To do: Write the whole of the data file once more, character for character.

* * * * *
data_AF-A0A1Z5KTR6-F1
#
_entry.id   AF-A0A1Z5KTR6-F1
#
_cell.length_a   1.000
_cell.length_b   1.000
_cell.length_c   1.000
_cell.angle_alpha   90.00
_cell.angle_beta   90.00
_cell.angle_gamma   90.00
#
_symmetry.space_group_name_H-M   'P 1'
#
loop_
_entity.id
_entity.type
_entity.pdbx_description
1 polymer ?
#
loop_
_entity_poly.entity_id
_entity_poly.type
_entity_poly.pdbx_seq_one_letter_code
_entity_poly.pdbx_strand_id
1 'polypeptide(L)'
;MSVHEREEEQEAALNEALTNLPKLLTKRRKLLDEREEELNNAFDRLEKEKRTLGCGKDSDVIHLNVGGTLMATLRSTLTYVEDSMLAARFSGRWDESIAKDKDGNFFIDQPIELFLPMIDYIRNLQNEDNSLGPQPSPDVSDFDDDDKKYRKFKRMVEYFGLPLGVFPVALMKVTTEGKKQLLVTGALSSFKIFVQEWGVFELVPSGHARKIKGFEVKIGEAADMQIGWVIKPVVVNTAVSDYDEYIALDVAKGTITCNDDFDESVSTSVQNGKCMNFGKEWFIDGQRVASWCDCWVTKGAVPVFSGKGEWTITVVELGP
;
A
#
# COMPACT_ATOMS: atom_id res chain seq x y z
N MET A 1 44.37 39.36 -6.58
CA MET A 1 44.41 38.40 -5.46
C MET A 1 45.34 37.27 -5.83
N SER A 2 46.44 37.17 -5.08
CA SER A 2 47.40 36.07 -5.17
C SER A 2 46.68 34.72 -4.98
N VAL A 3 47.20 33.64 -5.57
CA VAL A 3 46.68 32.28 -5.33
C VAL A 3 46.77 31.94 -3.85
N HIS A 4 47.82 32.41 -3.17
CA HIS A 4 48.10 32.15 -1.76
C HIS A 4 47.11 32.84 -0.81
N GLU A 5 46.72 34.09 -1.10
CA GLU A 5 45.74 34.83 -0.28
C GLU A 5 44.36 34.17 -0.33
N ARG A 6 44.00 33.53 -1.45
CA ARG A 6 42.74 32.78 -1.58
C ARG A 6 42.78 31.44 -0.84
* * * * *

data_AF-A0A1Z5KTR6-F1
#
_entry.id   AF-A0A1Z5KTR6-F1
#
_cell.length_a   1.000
_cell.length_b   1.000
_cell.length_c   1.000
_cell.angle_alpha   90.00
_cell.angle_beta   90.00
_cell.angle_gamma   90.00
#
_symmetry.space_group_name_H-M   'P 1'
#
loop_
_entity.id
_entity.type
_entity.pdbx_description
1 polymer ?
#
loop_
_entity_poly.entity_id
_entity_poly.type
_entity_poly.pdbx_seq_one_letter_code
_entity_poly.pdbx_strand_id
1 'polypeptide(L)'
;MSVHEREEEQEAALNEALTNLPKLLTKRRKLLDEREEELNNAFDRLEKEKRTLGCGKDSDVIHLNVGGTLMATLRSTLTYVEDSMLAARFSGRWDESIAKDKDGNFFIDQPIELFLPMIDYIRNLQNEDNSLGPQPSPDVSDFDDDDKKYRKFKRMVEYFGLPLGVFPVALMKVTTEGKKQLLVTGALSSFKIFVQEWGVFELVPSGHARKIKGFEVKIGEAADMQIGWVIKPVVVNTAVSDYDEYIALDVAKGTITCNDDFDESVSTSVQNGKCMNFGKEWFIDGQRVASWCDCWVTKGAVPVFSGKGEWTITVVELGP
;
A
#
# COMPACT_ATOMS: atom_id res chain seq x y z
N MET A 1 44.37 39.36 -6.58
CA MET A 1 44.41 38.40 -5.46
C MET A 1 45.34 37.27 -5.83
N SER A 2 46.44 37.17 -5.08
CA SER A 2 47.40 36.07 -5.17
C SER A 2 46.68 34.72 -4.98
N VAL A 3 47.20 33.64 -5.57
CA VAL A 3 46.68 32.28 -5.33
C VAL A 3 46.77 31.94 -3.85
N HIS A 4 47.82 32.41 -3.17
CA HIS A 4 48.10 32.15 -1.76
C HIS A 4 47.11 32.84 -0.81
N GLU A 5 46.72 34.09 -1.10
CA GLU A 5 45.74 34.83 -0.28
C GLU A 5 44.36 34.17 -0.33
N ARG A 6 44.00 33.53 -1.45
CA ARG A 6 42.74 32.78 -1.58
C ARG A 6 42.78 31.44 -0.84